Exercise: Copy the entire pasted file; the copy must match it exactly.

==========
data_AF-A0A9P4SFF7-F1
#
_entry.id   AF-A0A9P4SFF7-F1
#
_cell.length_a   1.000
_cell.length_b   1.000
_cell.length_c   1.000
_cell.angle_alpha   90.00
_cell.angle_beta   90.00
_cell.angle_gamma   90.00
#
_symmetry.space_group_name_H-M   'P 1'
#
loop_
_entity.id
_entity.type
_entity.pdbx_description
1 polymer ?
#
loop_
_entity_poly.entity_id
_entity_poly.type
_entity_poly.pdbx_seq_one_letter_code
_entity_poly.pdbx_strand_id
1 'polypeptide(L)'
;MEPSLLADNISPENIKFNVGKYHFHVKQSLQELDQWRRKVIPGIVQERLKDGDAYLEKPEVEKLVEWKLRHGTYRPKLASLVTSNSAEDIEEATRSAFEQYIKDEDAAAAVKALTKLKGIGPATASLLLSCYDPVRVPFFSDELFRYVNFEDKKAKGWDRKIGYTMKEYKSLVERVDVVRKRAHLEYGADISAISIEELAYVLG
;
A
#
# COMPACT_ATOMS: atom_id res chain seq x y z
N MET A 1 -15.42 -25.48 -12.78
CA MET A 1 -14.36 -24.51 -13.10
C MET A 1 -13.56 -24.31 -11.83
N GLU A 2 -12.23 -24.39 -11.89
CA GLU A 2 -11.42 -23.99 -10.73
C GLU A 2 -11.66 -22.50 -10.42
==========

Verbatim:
data_AF-A0A9P4SFF7-F1
#
_entry.id   AF-A0A9P4SFF7-F1
#
_cell.length_a   1.000
_cell.length_b   1.000
_cell.length_c   1.000
_cell.angle_alpha   90.00
_cell.angle_beta   90.00
_cell.angle_gamma   90.00
#
_symmetry.space_group_name_H-M   'P 1'
#
loop_
_entity.id
_entity.type
_entity.pdbx_description
1 polymer ?
#
loop_
_entity_poly.entity_id
_entity_poly.type
_entity_poly.pdbx_seq_one_letter_code
_entity_poly.pdbx_strand_id
1 'polypeptide(L)'
;MEPSLLADNISPENIKFNVGKYHFHVKQSLQELDQWRRKVIPGIVQERLKDGDAYLEKPEVEKLVEWKLRHGTYRPKLASLVTSNSAEDIEEATRSAFEQYIKDEDAAAAVKALTKLKGIGPATASLLLSCYDPVRVPFFSDELFRYVNFEDKKAKGWDRKIGYTMKEYKSLVERVDVVRKRAHLEYGADISAISIEELAYVLG
;
A
#
# COMPACT_ATOMS: atom_id res chain seq x y z
N MET A 1 -15.42 -25.48 -12.78
CA MET A 1 -14.36 -24.51 -13.10
C MET A 1 -13.56 -24.31 -11.83
N GLU A 2 -12.23 -24.39 -11.89
CA GLU A 2 -11.42 -23.99 -10.73
C GLU A 2 -11.66 -22.50 -10.42